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Alun Hoddinott Symphonies on Lyrita ??

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Author Topic: Alun Hoddinott Symphonies on Lyrita ??  (Read 1209 times)
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« Reply #15 on: June 28, 2017, 04:42:24 pm »

I think "difficult" is the wrong word,really. I don't actually find Hoddinott "difficult". However,while some of it is lyrical,even richly so,in a dark,celtic kind of way;it also has that abrasiveness,which Dundonnell refers to. I can write,draw,read and carry out various dull,repetitive household tasks  Grin while listening to Daniel Jones,Mathias and allot of Grace Williams,and even Fricker! Hoddinott,however,is a composer I really have to put everything down and listen to. Not such a bad thing,and that's the way I should be listening,anyway! you might say?! Unfortunately,I have other things I need to do in the evening which mean I can't always listen that way! Also,I'm not sure his line of "abrasive modernism",as Dundonnell refers to it (if that's the right term?) really appeals to me. That said,there is undoubtedly allot of gorgeous orchestration there. Indeed,it is probably that mix of "angular modernism","abrasiveness" (or whatever you should call it?) colour and rich lyricism which makes him so,undoubtedly,intriguing and why people like me will keep on trying! Daniel Jones,is,admittedly,more my cup of tea though!
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« Reply #16 on: June 28, 2017, 05:52:48 pm »

It is frequently very tricky (see how I have avoided the word "difficult" Grin) to describe the general soundworld of a composer's music. This is particularly the case for someone like me who is not equipped to provide descriptions or analysis based on any kind of musical training or technical knowledge. Words like "romantic", "neo-romantic", are used by some to describe the music of certain composers. Others do so in relation to the composers use of tonality or "extended tonality" or the use of serial techniques. So...a British composer like Benjamin Frankel, for example, used "serial techniques" but those are not really noticeable to me when I listen to his music. Humphrey Searle (a pupil after all of Anton Webern) was a "serialist" but always himself asserted that he wrote music which was "romantic". Sometimes people relate a composer's music to that written by somebody else. So, Fricker is sometimes compared-or at least his earlier music is- to Bartok.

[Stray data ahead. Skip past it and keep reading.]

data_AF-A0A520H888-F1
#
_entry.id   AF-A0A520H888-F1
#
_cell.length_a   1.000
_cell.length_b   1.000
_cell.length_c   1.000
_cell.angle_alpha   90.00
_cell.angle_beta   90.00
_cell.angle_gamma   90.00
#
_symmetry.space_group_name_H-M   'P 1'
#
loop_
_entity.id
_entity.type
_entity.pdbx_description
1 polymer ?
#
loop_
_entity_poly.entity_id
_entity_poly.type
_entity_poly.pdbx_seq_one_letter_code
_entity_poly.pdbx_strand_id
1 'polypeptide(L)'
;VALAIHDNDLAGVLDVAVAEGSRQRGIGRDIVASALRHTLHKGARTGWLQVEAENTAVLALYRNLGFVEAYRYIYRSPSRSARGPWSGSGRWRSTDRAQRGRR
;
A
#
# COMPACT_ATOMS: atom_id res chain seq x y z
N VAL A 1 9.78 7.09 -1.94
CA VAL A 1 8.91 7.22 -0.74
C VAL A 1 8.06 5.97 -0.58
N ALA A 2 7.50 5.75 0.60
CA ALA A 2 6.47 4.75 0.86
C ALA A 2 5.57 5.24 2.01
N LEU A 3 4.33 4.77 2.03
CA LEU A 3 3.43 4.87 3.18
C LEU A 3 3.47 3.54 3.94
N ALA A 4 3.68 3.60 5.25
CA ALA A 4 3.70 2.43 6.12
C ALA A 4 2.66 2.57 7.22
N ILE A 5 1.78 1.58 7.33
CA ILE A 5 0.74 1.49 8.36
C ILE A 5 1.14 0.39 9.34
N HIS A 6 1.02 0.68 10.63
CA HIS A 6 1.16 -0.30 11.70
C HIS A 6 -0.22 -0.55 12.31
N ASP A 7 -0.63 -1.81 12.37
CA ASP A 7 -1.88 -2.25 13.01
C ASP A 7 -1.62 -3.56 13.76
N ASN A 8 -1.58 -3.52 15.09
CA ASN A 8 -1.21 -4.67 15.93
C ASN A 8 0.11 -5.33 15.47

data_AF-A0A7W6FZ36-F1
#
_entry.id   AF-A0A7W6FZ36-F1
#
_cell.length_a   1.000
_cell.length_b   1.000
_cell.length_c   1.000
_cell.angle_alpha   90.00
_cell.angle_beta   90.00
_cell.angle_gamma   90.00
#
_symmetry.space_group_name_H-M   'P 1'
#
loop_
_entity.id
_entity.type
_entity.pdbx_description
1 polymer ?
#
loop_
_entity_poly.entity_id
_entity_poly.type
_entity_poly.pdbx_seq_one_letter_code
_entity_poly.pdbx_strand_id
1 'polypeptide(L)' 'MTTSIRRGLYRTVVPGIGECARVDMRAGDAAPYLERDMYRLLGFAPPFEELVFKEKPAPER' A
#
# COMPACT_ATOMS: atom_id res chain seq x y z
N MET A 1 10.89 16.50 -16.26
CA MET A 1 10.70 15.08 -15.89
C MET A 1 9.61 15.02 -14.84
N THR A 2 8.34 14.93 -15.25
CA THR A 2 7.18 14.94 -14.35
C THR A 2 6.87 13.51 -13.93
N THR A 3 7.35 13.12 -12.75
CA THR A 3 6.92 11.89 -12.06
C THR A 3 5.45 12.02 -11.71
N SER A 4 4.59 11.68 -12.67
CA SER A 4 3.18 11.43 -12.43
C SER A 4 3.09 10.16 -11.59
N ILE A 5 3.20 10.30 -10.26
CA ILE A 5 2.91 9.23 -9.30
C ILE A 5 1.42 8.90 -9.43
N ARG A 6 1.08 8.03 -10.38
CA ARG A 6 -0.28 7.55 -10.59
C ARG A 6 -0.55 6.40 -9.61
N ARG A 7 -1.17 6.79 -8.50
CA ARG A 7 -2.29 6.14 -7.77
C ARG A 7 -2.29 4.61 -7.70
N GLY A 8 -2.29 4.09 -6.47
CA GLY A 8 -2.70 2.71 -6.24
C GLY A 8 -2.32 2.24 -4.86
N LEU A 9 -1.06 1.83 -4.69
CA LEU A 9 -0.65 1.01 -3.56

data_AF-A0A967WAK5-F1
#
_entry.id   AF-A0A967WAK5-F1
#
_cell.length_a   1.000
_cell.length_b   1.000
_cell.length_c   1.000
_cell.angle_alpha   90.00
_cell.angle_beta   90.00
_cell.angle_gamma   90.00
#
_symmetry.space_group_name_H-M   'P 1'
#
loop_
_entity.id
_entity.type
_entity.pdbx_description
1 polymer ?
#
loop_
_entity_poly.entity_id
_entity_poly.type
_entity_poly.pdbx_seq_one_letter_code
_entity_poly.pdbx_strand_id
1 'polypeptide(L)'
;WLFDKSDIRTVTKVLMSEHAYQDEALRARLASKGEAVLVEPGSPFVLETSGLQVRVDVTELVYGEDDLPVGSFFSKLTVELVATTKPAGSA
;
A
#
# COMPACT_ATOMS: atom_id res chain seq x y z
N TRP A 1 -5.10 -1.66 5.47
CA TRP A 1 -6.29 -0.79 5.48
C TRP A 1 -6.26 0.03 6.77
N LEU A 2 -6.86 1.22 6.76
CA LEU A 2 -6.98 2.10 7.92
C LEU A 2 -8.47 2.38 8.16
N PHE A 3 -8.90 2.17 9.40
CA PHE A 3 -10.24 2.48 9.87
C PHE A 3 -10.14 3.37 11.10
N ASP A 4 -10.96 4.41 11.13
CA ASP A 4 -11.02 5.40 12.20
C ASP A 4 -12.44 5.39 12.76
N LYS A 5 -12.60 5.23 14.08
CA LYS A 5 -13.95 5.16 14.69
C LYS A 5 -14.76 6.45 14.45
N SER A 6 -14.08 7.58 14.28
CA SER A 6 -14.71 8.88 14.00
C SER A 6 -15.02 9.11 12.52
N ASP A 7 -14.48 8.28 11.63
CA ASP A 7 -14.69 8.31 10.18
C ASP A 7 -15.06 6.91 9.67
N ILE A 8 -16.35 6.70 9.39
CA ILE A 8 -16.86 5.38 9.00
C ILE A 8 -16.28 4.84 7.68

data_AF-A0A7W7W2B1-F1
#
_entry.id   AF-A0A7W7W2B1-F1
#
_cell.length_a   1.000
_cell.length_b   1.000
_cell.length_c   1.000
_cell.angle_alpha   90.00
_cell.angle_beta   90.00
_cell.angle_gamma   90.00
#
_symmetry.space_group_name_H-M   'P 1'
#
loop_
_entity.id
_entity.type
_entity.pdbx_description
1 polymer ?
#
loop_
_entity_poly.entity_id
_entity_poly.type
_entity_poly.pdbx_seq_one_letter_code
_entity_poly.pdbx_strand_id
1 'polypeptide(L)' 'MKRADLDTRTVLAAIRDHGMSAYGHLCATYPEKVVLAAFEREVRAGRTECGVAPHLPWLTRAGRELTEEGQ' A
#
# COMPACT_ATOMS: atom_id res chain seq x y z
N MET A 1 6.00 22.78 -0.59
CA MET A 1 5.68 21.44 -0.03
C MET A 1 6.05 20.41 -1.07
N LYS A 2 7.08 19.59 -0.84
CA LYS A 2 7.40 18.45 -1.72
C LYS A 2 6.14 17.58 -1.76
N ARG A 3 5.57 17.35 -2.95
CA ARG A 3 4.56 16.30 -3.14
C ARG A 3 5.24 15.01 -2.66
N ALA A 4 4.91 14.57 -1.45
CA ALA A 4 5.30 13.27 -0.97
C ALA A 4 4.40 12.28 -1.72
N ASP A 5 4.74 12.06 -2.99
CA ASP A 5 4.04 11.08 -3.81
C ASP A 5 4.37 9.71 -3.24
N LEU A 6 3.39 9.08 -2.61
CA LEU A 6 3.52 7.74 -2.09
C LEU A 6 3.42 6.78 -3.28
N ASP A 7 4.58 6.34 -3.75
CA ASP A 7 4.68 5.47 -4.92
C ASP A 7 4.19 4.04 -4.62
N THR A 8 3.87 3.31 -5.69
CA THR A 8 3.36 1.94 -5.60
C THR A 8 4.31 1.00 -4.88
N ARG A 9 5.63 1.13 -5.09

I am (after many, many decades of listening to music) reasonably familiar with my own tastes. Reading the posts of other members of a forum gives one some idea of where their tastes may lie (but one can be surprised Grin). If I use the word "difficult" it is usually in relation to my own perceptions of the music. That may not mean that I do not like it. It probably does mean-as has just be said in relation to Hoddinott's music-that it will require me (and others?) to listen with "concentration". But of course one should listen to all (or most?) music with concentration in order to appreciate it properly or more fully.